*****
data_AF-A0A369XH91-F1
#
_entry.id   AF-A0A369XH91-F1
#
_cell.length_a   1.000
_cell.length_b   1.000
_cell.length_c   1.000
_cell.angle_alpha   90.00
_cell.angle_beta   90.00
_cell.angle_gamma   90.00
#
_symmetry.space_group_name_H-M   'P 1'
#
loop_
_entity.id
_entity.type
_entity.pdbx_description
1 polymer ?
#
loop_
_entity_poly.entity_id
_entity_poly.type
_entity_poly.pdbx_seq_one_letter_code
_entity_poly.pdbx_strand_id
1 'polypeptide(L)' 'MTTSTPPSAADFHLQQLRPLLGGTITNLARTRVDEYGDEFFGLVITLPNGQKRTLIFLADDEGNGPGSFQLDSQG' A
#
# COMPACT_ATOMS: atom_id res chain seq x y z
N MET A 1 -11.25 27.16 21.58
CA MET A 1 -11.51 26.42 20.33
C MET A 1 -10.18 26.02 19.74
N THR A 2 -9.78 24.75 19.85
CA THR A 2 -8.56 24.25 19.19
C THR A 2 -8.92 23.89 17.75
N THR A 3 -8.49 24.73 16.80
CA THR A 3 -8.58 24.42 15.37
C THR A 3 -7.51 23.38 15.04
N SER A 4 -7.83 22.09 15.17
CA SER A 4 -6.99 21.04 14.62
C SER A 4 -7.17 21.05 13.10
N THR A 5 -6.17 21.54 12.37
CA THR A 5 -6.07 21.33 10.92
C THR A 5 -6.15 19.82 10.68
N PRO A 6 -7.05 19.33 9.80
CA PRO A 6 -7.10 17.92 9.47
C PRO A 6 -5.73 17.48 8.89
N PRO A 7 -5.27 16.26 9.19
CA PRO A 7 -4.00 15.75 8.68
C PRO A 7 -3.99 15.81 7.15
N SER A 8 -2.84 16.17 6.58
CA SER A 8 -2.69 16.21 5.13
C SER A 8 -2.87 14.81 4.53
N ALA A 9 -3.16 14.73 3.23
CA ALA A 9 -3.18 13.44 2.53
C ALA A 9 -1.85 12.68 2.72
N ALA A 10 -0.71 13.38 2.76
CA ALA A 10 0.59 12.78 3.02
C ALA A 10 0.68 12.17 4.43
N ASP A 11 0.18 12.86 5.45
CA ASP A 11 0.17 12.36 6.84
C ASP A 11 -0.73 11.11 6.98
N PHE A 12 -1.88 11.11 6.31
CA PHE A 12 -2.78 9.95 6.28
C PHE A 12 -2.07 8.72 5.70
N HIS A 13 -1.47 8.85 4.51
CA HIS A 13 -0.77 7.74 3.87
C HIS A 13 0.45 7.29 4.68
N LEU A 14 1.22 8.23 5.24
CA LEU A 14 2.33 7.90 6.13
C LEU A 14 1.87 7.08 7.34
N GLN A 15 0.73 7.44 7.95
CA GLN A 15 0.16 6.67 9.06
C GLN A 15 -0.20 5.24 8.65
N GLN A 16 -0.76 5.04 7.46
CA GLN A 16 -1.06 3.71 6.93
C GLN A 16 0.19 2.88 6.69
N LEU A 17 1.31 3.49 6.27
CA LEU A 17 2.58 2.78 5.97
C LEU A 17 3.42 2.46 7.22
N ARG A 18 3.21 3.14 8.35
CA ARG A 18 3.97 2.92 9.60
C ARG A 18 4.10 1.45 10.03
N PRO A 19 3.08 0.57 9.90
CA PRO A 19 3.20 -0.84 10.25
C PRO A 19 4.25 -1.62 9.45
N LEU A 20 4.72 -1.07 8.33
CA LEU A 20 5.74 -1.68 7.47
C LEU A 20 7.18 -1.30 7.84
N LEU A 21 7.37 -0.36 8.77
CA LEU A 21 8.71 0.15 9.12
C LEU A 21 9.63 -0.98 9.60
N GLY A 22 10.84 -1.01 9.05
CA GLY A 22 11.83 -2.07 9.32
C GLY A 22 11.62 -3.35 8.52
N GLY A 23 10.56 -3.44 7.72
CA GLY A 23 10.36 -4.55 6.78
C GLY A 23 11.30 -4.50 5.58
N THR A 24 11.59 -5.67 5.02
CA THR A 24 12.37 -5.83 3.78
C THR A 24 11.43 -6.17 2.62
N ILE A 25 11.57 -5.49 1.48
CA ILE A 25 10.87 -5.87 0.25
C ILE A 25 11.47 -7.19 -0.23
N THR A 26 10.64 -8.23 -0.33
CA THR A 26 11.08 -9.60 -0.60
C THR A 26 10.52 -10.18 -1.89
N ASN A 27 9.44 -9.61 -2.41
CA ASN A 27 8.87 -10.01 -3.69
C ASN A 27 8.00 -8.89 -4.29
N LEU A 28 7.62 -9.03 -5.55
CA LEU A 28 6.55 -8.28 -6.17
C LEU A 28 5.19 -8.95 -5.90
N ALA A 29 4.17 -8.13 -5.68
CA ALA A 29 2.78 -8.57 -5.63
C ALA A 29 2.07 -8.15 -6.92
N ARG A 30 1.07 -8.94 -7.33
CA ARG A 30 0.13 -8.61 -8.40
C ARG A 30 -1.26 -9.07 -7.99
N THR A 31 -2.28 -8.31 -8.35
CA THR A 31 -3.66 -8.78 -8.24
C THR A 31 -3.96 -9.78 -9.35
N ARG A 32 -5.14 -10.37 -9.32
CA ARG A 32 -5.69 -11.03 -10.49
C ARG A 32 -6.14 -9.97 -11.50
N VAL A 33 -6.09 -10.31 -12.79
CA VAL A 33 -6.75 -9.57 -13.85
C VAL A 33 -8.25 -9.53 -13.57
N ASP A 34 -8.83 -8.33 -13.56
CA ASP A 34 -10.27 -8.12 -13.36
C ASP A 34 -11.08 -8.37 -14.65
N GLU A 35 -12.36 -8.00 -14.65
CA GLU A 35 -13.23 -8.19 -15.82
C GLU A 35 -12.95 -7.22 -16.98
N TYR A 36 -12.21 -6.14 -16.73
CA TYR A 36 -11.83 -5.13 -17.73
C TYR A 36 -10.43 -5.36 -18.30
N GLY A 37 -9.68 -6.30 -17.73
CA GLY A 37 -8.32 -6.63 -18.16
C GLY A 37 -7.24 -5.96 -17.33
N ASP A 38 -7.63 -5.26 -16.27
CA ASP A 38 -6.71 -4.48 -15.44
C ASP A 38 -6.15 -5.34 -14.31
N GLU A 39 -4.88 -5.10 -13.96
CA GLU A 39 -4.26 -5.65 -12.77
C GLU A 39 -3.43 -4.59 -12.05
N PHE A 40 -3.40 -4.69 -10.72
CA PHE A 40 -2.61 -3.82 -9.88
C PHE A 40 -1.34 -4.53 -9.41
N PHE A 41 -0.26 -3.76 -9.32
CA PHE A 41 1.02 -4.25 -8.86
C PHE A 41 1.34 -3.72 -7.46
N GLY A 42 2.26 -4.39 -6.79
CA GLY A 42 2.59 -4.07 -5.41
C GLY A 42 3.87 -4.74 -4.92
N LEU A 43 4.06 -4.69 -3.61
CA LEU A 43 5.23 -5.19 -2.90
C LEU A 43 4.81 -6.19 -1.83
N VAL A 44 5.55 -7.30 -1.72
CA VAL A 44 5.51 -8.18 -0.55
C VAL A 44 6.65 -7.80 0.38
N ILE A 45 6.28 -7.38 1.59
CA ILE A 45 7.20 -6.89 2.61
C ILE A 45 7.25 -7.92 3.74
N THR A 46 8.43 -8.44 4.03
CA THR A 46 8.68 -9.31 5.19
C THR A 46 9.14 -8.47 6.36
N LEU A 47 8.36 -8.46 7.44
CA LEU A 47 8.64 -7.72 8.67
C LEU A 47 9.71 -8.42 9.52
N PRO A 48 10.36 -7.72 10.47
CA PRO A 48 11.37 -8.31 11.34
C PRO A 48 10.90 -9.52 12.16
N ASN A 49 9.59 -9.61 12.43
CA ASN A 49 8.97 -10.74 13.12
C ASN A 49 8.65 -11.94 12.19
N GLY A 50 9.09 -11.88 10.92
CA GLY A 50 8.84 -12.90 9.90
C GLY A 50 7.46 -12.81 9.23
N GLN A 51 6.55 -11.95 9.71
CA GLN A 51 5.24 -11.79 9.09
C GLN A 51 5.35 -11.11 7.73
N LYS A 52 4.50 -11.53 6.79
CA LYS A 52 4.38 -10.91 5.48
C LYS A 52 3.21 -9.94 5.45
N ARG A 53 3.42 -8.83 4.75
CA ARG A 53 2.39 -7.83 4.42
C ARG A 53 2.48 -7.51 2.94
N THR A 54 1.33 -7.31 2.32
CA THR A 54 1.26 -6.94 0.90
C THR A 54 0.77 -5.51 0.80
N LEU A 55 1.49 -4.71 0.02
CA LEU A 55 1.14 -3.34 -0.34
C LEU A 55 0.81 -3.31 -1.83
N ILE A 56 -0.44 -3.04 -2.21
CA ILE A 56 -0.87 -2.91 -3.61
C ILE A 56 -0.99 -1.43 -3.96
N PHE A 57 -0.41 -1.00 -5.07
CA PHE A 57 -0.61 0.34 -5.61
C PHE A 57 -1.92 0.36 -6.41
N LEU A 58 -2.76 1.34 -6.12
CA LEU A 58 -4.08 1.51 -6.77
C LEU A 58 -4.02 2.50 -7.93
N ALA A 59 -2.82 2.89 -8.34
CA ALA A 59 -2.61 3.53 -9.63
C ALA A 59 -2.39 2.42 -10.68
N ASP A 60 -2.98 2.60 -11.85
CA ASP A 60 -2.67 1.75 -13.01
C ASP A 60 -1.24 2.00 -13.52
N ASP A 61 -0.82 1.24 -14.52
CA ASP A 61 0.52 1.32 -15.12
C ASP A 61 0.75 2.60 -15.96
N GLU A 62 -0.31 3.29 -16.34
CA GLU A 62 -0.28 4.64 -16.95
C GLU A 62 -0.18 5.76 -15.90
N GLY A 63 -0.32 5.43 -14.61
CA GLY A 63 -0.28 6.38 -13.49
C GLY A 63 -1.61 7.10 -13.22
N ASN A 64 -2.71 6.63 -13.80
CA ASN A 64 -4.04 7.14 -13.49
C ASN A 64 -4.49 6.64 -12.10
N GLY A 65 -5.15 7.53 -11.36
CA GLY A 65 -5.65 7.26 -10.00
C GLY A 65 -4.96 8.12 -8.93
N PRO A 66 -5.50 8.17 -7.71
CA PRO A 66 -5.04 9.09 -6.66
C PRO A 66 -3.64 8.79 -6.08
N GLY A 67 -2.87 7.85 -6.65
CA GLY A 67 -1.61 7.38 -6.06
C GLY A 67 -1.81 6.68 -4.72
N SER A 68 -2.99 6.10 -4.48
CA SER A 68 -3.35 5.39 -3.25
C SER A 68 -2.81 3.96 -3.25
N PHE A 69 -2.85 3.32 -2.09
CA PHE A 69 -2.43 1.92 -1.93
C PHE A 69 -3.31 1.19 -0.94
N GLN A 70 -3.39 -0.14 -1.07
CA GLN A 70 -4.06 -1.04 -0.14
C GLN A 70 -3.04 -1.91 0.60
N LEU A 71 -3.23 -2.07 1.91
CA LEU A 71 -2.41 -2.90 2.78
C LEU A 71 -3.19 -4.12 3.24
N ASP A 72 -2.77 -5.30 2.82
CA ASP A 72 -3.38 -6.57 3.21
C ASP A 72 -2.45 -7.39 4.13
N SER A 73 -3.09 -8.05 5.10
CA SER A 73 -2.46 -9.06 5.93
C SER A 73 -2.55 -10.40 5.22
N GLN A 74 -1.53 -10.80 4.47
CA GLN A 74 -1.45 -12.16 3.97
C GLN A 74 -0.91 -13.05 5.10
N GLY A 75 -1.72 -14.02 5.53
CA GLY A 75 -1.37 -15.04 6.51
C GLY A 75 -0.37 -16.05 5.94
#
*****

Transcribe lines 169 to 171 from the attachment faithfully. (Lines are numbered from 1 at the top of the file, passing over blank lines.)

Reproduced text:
N PRO A 48 10.36 -7.72 10.47
CA PRO A 48 11.37 -8.31 11.34
C PRO A 48 10.90 -9.52 12.16